Want to See Toronto Become a True Music City? Then Give Your Input Here

Despite any anti-Toronto feelings you may harbour (I’m looking at you, Western Canada), there’s no getting around the fact that the city is the epicentre of music in this country. All three of the major labels are headquartered here along with a great chunk of our best-known indies. It’s the media centre of the country. Some of the best studios in Canada can be found in Toronto. The big promoters work out of Toronto, filling the country’s biggest venues. CMW and NXNE are among the most important annual music events. And the club scene is strong virtually ever night of the week.

In other words, if you want to make it at any level, your career will inevitably take you through the city. Sorry if that sounds arrogant, but I don’t mean it to be. These are just the facts.

Given all this and the city’s musical heritage, why isn’t Toronto known as a world capital of music? Great question. The short answer is that Toronto has historically done a lousy job of promoting itself as one. After all, it would be un-Canadian to brag, wouldn’t it?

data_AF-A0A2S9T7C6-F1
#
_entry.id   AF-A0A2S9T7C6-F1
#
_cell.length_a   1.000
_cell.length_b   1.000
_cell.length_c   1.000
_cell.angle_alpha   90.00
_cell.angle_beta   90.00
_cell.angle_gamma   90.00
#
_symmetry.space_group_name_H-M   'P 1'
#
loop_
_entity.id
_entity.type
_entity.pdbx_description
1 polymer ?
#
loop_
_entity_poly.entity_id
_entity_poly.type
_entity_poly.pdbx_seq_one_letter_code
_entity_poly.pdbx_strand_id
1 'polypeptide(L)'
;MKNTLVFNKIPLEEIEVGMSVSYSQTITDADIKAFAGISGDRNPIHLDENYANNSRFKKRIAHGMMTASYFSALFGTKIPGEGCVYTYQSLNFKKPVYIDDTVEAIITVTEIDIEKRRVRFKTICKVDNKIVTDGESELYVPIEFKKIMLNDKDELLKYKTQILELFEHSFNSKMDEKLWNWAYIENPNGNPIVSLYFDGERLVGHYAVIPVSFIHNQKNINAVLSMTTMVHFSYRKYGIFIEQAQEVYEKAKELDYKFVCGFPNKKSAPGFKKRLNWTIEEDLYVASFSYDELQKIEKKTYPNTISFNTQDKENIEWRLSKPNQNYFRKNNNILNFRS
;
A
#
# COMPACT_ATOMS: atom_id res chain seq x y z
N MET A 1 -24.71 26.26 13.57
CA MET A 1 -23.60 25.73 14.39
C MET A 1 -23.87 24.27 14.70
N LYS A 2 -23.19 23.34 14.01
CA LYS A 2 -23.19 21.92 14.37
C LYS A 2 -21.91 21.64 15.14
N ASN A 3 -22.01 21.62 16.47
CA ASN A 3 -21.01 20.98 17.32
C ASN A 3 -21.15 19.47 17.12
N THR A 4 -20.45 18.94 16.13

But given the hundreds of millions of dollars music generates for the city, promoting Toronto as a music city makes only good business sense, not just on a civic or provincial level but on a national one, too.

So how does one go about letting the world know that Toronto could be on par with, say, Austin, Nashville or Memphis? What needs to be done locally to highlight/restore/raise awareness of Toronto’s music history? What’s missing? What do we need more of? What are we doing wrong? Where do we outright suck?

The city’s Music Office would like your input on all these questions as they continue to work through an official music strategy. Take a few minutes to go through this quick survey and offer your opinions. You have until the end of the year to get it done.

(Via BlogTO)

Alan Cross

is an internationally known broadcaster, interviewer, writer, consultant, blogger and speaker. In his 30+ years in the music business, Alan has interviewed the biggest names in rock, from David Bowie and U2 to Pearl Jam and the Foo Fighters. He’s also known as a musicologist and documentarian through programs like The Ongoing History of New Music.

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